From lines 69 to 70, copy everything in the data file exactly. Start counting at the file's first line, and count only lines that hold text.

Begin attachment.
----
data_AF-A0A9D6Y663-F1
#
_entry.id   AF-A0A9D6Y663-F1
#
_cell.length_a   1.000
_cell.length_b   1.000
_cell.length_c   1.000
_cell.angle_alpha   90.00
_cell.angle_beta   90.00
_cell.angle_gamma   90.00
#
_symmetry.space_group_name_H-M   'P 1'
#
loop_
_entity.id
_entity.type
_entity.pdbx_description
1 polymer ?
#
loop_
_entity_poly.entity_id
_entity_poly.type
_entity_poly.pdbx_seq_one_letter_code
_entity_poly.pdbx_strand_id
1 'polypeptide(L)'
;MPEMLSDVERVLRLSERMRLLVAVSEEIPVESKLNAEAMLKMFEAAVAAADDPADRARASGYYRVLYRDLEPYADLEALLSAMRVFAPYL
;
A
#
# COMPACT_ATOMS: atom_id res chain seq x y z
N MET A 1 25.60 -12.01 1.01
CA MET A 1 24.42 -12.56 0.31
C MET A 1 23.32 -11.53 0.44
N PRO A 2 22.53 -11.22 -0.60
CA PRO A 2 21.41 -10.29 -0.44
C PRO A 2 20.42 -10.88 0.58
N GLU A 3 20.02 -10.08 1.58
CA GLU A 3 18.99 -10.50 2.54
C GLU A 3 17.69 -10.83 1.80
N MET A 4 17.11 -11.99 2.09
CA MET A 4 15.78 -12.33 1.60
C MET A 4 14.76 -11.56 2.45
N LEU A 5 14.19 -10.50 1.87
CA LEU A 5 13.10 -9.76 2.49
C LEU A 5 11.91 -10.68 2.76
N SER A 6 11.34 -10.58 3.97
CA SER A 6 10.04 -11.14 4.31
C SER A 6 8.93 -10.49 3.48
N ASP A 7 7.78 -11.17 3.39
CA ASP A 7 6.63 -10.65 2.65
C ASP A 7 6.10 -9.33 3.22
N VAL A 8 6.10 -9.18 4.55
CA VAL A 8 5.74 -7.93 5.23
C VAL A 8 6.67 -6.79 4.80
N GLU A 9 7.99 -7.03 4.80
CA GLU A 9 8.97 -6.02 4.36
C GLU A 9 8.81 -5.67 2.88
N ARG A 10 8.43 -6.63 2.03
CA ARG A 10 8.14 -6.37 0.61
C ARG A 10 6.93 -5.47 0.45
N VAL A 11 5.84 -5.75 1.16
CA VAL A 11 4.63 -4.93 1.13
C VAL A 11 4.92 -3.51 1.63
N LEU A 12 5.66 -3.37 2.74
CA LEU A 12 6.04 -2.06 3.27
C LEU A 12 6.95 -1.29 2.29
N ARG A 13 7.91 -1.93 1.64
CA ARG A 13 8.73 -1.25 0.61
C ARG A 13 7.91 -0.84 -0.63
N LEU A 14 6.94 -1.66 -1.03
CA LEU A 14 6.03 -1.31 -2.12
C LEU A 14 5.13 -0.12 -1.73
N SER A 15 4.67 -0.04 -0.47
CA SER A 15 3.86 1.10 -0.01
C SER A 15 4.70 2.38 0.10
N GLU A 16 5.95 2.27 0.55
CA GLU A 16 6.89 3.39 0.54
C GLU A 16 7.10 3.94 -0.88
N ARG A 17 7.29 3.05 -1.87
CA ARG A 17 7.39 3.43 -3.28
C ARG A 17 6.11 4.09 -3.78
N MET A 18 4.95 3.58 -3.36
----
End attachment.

C ARG A 13 7.91 -0.84 -0.63
N LEU A 14 6.94 -1.66 -1.03